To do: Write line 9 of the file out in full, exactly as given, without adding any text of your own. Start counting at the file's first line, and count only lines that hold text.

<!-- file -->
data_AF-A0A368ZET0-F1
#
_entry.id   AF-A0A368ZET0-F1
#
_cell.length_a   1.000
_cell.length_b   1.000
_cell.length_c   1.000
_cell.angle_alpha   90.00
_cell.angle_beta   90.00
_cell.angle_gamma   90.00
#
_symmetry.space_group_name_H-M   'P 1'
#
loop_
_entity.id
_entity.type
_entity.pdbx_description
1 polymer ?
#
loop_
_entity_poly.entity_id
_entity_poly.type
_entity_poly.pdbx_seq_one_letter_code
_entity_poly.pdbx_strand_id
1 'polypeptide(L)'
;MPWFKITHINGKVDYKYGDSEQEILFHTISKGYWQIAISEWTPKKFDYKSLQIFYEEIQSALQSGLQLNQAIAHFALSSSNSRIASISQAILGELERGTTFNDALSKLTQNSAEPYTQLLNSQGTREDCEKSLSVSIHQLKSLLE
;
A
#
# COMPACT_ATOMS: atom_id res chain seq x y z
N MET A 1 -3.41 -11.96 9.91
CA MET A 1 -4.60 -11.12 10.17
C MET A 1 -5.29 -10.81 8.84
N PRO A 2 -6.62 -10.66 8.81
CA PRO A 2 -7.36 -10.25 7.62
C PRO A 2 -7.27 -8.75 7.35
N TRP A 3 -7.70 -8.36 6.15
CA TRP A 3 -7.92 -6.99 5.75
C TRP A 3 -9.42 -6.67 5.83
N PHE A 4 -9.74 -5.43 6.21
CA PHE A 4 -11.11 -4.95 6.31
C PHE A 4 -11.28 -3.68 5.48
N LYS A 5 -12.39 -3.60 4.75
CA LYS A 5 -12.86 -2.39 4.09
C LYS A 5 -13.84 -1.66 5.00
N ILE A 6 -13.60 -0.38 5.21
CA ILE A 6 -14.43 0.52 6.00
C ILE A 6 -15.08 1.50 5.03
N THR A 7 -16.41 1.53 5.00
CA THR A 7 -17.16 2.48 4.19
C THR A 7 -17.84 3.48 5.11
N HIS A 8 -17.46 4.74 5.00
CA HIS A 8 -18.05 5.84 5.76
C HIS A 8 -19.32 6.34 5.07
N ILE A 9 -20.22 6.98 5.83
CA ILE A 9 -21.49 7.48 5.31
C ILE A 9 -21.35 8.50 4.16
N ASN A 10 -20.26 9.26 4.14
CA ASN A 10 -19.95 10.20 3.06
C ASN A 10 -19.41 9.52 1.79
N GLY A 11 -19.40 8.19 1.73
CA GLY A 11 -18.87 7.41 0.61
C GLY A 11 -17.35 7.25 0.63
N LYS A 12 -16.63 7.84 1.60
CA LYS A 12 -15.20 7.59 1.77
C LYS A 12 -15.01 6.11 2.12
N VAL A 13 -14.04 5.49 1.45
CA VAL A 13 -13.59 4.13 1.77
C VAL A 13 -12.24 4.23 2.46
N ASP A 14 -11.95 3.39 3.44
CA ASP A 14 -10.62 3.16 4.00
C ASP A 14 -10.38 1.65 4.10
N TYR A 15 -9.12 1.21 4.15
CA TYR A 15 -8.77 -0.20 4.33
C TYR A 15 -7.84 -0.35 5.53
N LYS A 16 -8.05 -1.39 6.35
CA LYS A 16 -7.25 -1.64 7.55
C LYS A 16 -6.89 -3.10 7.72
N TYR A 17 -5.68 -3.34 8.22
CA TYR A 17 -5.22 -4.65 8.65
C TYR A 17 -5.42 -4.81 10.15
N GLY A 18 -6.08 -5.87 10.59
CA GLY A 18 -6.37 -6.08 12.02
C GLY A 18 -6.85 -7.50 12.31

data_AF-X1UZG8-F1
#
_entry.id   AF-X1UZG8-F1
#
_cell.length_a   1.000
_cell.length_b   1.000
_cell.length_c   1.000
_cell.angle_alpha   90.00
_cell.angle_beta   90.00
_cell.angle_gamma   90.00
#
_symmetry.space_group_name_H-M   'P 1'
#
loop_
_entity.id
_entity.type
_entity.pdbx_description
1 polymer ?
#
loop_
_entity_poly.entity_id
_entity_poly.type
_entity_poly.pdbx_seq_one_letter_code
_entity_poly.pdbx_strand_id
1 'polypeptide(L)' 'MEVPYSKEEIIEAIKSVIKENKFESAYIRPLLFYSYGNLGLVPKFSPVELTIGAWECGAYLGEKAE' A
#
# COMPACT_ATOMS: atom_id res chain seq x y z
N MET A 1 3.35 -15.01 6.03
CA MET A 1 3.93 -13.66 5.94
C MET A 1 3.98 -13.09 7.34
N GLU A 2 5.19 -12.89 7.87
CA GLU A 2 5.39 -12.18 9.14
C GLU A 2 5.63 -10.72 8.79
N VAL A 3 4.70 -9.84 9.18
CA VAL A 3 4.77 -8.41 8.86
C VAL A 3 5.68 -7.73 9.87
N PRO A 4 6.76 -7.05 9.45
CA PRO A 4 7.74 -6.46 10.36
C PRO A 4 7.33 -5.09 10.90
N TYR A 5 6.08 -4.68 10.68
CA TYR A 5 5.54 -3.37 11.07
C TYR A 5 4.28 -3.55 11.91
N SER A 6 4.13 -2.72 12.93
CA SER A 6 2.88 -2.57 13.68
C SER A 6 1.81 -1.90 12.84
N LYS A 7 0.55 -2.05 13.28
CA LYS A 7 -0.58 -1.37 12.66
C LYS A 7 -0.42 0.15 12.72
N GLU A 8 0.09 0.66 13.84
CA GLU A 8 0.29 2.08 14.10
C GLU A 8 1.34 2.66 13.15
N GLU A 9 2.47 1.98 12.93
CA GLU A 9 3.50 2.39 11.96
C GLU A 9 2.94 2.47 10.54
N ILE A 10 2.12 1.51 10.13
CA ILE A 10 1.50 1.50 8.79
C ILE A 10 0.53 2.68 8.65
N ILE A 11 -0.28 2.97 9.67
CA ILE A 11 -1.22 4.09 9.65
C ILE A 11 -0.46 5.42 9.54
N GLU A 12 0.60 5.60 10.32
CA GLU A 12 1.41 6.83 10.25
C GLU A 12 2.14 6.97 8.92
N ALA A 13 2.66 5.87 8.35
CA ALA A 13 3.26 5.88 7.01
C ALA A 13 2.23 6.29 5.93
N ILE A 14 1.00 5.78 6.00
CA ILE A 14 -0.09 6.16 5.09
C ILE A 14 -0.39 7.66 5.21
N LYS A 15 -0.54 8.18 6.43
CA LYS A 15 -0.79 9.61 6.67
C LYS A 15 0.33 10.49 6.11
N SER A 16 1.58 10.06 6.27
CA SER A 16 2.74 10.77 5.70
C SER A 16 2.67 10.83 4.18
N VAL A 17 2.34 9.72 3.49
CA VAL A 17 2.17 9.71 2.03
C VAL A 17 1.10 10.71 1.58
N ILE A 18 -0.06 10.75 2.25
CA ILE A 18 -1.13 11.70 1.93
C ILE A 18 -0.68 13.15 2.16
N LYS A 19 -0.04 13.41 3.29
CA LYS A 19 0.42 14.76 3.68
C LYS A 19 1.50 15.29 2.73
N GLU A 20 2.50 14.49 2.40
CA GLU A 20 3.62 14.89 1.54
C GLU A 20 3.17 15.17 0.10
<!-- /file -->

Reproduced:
_cell.angle_beta   90.00